We manage Cousin Island Special Reserve a marine protected area (MPA) that includes a 400m exclusion zone from the shore. Previously a coconut plantation, Cousin Island was purchased by the International Council for Bird Protection (now BirdLife) in 1968, for the immediate purpose of saving the endemic Seychelles Warbler. To save the warbler, a habitat restoration programme was implemented. The transformation of the island from an ecologically impoverished coconut plantation into a thriving indigenous forest also benefitted other species including the Seychelles Magpie Robin.
Since 1998, Cousin is successfully run and protected by a Seychellois team. It is a huge conservation success today and is home to a varied flora and fauna that includes seven species of nesting seabirds, in numbers exceeding 300,000 individuals. Five of Seychelles' eleven endemic land birds - Seychelles magpie robin, Seychelles sunbird, Seychelles fody, Seychelles blue pigeon, and the Seychelles warbler - are found on Cousin. The island is recognized as one of the most important breeding sites in the Western Indian Ocean for Hawksbill turtles, and the monitoring programme for this species was put in place in 1972. Since then an eight-fold increase in nesting turtles has been recorded. It is today one of the few islands free of introduced predators like cats and rats due to a strict invasives control programme.
Research has shown that the Reserve’s reefs are well protected resulting in a diverse and abundant marine fauna, especially of fish targeted by fishers. The management maintains a unique relationship with the local community that forestalls poaching and has led to an increased understanding of the role of MPAs in local fisheries. A project funded by the Global Environment Facility (GEF) looked at the role of the Cousin MPA in fish protection.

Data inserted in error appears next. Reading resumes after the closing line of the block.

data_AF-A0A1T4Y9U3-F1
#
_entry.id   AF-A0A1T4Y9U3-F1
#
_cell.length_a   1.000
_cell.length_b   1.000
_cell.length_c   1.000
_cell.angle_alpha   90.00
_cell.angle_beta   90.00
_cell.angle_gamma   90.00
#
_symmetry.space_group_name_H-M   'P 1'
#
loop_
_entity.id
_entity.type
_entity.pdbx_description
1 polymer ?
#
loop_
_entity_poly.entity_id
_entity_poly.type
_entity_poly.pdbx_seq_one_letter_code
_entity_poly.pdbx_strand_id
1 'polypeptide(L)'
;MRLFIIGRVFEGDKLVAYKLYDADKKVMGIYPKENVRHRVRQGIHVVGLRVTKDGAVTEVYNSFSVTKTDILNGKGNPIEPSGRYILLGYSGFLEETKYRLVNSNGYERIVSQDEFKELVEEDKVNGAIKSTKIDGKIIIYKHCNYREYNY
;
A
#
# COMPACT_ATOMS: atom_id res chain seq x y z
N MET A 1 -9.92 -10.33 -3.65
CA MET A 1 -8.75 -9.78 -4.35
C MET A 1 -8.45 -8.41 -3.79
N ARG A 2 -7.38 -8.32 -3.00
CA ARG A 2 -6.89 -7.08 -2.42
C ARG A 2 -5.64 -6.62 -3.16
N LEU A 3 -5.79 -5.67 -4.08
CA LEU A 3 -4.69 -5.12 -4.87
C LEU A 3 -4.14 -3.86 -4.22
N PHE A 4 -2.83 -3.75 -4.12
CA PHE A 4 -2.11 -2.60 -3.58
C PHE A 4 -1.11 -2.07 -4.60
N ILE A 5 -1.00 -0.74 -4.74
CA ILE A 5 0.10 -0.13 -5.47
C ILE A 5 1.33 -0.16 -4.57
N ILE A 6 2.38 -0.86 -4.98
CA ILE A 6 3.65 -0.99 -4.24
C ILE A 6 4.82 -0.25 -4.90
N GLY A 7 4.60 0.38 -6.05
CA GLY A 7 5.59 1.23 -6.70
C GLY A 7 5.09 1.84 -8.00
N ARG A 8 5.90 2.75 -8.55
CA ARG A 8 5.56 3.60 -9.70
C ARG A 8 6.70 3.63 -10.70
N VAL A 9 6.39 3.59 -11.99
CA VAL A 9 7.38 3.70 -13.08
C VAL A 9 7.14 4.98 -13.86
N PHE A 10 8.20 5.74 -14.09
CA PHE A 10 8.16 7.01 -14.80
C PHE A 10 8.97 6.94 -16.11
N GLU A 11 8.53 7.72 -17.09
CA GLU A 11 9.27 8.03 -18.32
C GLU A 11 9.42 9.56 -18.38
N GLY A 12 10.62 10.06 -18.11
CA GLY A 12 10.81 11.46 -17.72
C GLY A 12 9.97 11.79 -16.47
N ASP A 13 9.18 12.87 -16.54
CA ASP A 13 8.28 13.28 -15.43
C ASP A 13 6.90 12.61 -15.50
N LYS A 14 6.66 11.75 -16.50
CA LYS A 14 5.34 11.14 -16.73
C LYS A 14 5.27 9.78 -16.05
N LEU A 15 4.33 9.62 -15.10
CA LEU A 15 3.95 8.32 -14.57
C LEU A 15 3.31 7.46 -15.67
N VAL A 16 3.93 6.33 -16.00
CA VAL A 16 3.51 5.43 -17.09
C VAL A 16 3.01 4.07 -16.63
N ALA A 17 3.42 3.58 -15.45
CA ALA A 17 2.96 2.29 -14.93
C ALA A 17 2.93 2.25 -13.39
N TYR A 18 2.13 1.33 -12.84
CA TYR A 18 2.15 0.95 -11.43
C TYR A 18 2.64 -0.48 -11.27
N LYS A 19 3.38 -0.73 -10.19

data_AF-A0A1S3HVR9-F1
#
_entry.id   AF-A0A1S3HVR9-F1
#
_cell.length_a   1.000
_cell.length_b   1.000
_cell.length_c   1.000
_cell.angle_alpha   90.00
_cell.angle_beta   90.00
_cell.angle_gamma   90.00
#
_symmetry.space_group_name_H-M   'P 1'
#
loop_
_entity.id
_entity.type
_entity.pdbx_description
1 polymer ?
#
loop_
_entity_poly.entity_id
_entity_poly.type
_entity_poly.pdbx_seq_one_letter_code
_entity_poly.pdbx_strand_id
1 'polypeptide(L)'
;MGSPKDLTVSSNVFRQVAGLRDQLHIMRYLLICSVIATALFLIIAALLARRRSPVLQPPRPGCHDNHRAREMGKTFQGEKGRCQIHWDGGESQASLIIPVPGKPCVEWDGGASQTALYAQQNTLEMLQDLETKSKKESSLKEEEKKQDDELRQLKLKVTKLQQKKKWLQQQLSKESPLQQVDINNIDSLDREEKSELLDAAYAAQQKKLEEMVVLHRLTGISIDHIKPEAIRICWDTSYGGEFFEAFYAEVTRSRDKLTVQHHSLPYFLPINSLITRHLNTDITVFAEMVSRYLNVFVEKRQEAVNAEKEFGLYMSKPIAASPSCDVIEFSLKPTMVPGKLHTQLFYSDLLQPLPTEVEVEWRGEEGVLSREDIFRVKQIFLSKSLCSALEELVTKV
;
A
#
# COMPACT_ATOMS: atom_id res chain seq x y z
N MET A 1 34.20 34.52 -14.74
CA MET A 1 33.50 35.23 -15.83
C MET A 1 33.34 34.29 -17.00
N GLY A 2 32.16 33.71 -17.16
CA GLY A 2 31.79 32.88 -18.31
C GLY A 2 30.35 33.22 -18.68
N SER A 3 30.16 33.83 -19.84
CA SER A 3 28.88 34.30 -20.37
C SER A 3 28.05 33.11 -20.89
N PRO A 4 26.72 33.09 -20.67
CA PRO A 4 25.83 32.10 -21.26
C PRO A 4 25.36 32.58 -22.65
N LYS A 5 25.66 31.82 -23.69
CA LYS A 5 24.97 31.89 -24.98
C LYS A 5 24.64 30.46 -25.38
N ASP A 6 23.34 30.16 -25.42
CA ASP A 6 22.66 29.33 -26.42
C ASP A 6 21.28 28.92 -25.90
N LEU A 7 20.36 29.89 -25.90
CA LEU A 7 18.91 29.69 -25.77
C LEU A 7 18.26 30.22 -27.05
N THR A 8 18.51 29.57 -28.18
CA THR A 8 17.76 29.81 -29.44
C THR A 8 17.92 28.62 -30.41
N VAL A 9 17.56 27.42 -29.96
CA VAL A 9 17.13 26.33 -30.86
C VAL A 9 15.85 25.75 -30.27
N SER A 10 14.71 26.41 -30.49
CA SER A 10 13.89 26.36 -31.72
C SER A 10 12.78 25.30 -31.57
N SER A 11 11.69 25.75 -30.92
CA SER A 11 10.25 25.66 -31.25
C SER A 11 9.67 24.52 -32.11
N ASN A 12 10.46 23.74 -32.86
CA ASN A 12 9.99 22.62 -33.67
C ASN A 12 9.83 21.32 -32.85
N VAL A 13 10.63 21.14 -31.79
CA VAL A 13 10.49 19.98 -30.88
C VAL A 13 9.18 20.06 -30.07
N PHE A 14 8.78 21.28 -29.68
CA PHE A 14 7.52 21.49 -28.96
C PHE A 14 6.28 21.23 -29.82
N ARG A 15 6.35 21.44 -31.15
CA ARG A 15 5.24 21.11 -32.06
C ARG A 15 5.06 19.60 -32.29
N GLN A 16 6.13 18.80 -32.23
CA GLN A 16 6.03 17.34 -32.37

Cousin is designated an Important Bird Area (IBA) by BirdLife International and is a Demonstration Site for the International Coral Reef Action Network (ICRAN). It is classified as a Wetland under Ramsar criteria.
The management of Cousin involves local people in protected area planning and also in sustainable use activities including eco-tourism activities that finance the running of the island and implementation of other projects. The initiation of eco-tourism in 1972 has grown to become an exciting program run under internationally accepted principles. It has won numerous awards and accolades including the Conde Nast Ecotourism Award, and the British Airways Tourism for Tomorrow. In 2005, a management effectiveness study by UNEP and IUCN found the Reserve to be well managed and effective. In 2006, the IUCN Turtle Specialist Group highlighted the success of Cousin’s turtle conservation program which started in 1972.
See more on the Cousin Island Special Reserve website.